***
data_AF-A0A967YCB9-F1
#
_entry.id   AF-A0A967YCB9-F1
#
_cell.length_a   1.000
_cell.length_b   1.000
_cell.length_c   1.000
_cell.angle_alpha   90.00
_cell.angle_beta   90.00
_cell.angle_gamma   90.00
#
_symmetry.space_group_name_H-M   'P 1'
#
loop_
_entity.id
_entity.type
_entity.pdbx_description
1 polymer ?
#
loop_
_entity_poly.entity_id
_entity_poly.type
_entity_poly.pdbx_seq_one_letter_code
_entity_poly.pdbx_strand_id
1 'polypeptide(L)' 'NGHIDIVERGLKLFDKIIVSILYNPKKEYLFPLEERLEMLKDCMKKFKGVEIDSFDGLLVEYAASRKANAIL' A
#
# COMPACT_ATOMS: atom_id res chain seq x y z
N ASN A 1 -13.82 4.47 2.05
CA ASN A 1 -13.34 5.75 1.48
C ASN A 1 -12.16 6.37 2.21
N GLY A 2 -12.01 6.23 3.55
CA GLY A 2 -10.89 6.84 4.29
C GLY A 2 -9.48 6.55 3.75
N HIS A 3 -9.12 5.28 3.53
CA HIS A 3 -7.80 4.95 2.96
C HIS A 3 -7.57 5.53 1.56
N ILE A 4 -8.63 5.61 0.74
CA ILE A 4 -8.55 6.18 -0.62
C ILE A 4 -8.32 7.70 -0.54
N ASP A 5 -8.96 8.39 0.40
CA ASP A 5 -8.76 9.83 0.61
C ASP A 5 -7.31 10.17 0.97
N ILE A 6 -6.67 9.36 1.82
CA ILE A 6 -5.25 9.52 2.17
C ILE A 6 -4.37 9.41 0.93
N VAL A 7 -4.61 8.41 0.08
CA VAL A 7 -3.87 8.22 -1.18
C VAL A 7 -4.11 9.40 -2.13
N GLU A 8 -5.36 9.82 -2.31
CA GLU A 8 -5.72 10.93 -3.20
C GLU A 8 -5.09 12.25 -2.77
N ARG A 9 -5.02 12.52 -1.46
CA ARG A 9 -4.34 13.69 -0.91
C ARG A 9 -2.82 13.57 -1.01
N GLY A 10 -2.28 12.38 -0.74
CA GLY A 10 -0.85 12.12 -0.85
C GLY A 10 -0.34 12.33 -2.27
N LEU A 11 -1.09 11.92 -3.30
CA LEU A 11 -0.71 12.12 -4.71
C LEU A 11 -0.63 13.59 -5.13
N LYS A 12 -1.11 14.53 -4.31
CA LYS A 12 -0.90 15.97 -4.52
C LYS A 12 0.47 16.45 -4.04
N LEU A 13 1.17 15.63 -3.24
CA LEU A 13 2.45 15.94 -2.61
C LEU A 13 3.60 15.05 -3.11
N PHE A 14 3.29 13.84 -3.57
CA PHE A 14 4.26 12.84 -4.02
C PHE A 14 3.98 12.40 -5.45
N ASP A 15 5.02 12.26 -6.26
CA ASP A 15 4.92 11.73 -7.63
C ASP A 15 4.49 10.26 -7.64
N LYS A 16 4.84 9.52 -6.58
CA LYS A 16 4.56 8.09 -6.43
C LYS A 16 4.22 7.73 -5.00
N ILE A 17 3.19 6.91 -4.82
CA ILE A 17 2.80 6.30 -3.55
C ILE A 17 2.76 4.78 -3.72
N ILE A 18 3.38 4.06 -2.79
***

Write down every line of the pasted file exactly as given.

data_AF-A0A967YCB9-F1
#
_entry.id   AF-A0A967YCB9-F1
#
_cell.length_a   1.000
_cell.length_b   1.000
_cell.length_c   1.000
_cell.angle_alpha   90.00
_cell.angle_beta   90.00
_cell.angle_gamma   90.00
#
_symmetry.space_group_name_H-M   'P 1'
#
loop_
_entity.id
_entity.type
_entity.pdbx_description
1 polymer ?
#
loop_
_entity_poly.entity_id
_entity_poly.type
_entity_poly.pdbx_seq_one_letter_code
_entity_poly.pdbx_strand_id
1 'polypeptide(L)' 'NGHIDIVERGLKLFDKIIVSILYNPKKEYLFPLEERLEMLKDCMKKFKGVEIDSFDGLLVEYAASRKANAIL' A
#
# COMPACT_ATOMS: atom_id res chain seq x y z
N ASN A 1 -13.82 4.47 2.05
CA ASN A 1 -13.34 5.75 1.48
C ASN A 1 -12.16 6.37 2.21
N GLY A 2 -12.01 6.23 3.55
CA GLY A 2 -10.89 6.84 4.29
C GLY A 2 -9.48 6.55 3.75
N HIS A 3 -9.12 5.28 3.53
CA HIS A 3 -7.80 4.95 2.96
C HIS A 3 -7.57 5.53 1.56
N ILE A 4 -8.63 5.61 0.74
CA ILE A 4 -8.55 6.18 -0.62
C ILE A 4 -8.32 7.70 -0.54
N ASP A 5 -8.96 8.39 0.40
CA ASP A 5 -8.76 9.83 0.61
C ASP A 5 -7.31 10.17 0.97
N ILE A 6 -6.67 9.36 1.82
CA ILE A 6 -5.25 9.52 2.17
C ILE A 6 -4.37 9.41 0.93
N VAL A 7 -4.61 8.41 0.08
CA VAL A 7 -3.87 8.22 -1.18
C VAL A 7 -4.11 9.40 -2.13
N GLU A 8 -5.36 9.82 -2.31
CA GLU A 8 -5.72 10.93 -3.20
C GLU A 8 -5.09 12.25 -2.77
N ARG A 9 -5.02 12.52 -1.46
CA ARG A 9 -4.34 13.69 -0.91
C ARG A 9 -2.82 13.57 -1.01
N GLY A 10 -2.28 12.38 -0.74
CA GLY A 10 -0.85 12.12 -0.85
C GLY A 10 -0.34 12.33 -2.27
N LEU A 11 -1.09 11.92 -3.30
CA LEU A 11 -0.71 12.12 -4.71
C LEU A 11 -0.63 13.59 -5.13
N LYS A 12 -1.11 14.53 -4.31
CA LYS A 12 -0.90 15.97 -4.52
C LYS A 12 0.47 16.45 -4.04
N LEU A 13 1.17 15.63 -3.24
CA LEU A 13 2.45 15.94 -2.61
C LEU A 13 3.60 15.05 -3.11
N PHE A 14 3.29 13.84 -3.57
CA PHE A 14 4.26 12.84 -4.02
C PHE A 14 3.98 12.40 -5.45
N ASP A 15 5.02 12.26 -6.26
CA ASP A 15 4.92 11.73 -7.63
C ASP A 15 4.49 10.26 -7.64
N LYS A 16 4.84 9.52 -6.58
CA LYS A 16 4.56 8.09 -6.43
C LYS A 16 4.22 7.73 -5.00
N ILE A 17 3.19 6.91 -4.82
CA ILE A 17 2.80 6.30 -3.55
C ILE A 17 2.76 4.78 -3.72
N ILE A 18 3.38 4.06 -2.79